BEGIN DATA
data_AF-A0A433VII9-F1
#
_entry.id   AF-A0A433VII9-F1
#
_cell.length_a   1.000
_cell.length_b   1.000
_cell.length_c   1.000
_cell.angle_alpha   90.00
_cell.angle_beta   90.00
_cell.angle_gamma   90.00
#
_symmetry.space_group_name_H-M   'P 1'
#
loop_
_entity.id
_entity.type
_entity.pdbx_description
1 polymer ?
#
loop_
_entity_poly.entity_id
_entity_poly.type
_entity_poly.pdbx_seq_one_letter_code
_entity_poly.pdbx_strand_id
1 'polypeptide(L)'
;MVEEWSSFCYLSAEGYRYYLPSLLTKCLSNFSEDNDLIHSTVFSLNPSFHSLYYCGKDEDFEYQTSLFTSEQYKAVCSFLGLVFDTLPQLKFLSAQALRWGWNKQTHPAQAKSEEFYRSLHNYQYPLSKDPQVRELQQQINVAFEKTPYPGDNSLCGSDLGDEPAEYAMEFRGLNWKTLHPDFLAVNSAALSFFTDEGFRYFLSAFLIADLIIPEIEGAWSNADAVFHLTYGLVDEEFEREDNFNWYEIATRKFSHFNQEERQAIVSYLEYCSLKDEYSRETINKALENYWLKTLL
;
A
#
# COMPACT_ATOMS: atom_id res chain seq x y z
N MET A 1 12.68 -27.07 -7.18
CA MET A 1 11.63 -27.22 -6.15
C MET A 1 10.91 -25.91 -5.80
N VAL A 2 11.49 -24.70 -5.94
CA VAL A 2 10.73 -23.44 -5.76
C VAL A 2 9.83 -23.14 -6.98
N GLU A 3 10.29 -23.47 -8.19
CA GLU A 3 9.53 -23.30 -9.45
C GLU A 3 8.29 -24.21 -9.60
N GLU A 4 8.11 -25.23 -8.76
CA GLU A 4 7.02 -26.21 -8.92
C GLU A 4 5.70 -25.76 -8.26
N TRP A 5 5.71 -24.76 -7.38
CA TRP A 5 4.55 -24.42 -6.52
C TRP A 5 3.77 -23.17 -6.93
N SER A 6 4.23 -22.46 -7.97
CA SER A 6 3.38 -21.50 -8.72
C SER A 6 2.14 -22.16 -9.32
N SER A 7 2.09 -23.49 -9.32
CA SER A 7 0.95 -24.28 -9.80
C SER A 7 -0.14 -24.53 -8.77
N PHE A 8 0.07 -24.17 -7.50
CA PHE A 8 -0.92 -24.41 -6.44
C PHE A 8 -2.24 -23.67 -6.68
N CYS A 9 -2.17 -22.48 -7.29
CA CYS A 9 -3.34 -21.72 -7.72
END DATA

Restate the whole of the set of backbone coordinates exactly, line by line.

data_AF-A0A433VII9-F1
#
_entry.id   AF-A0A433VII9-F1
#
_cell.length_a   1.000
_cell.length_b   1.000
_cell.length_c   1.000
_cell.angle_alpha   90.00
_cell.angle_beta   90.00
_cell.angle_gamma   90.00
#
_symmetry.space_group_name_H-M   'P 1'
#
loop_
_entity.id
_entity.type
_entity.pdbx_description
1 polymer ?
#
loop_
_entity_poly.entity_id
_entity_poly.type
_entity_poly.pdbx_seq_one_letter_code
_entity_poly.pdbx_strand_id
1 'polypeptide(L)'
;MVEEWSSFCYLSAEGYRYYLPSLLTKCLSNFSEDNDLIHSTVFSLNPSFHSLYYCGKDEDFEYQTSLFTSEQYKAVCSFLGLVFDTLPQLKFLSAQALRWGWNKQTHPAQAKSEEFYRSLHNYQYPLSKDPQVRELQQQINVAFEKTPYPGDNSLCGSDLGDEPAEYAMEFRGLNWKTLHPDFLAVNSAALSFFTDEGFRYFLSAFLIADLIIPEIEGAWSNADAVFHLTYGLVDEEFEREDNFNWYEIATRKFSHFNQEERQAIVSYLEYCSLKDEYSRETINKALENYWLKTLL
;
A
#
# COMPACT_ATOMS: atom_id res chain seq x y z
N MET A 1 12.68 -27.07 -7.18
CA MET A 1 11.63 -27.22 -6.15
C MET A 1 10.91 -25.91 -5.80
N VAL A 2 11.49 -24.70 -5.94
CA VAL A 2 10.73 -23.44 -5.76
C VAL A 2 9.83 -23.14 -6.98
N GLU A 3 10.29 -23.47 -8.19
CA GLU A 3 9.53 -23.30 -9.45
C GLU A 3 8.29 -24.21 -9.60
N GLU A 4 8.11 -25.23 -8.76
CA GLU A 4 7.02 -26.21 -8.92
C GLU A 4 5.70 -25.76 -8.26
N TRP A 5 5.71 -24.76 -7.38
CA TRP A 5 4.55 -24.42 -6.52
C TRP A 5 3.77 -23.17 -6.93
N SER A 6 4.23 -22.46 -7.97
CA SER A 6 3.38 -21.50 -8.72
C SER A 6 2.14 -22.16 -9.32
N SER A 7 2.09 -23.49 -9.32
CA SER A 7 0.95 -24.28 -9.80
C SER A 7 -0.14 -24.53 -8.77
N PHE A 8 0.07 -24.17 -7.50
CA PHE A 8 -0.92 -24.41 -6.44
C PHE A 8 -2.24 -23.67 -6.68
N CYS A 9 -2.17 -22.48 -7.29
CA CYS A 9 -3.34 -21.72 -7.72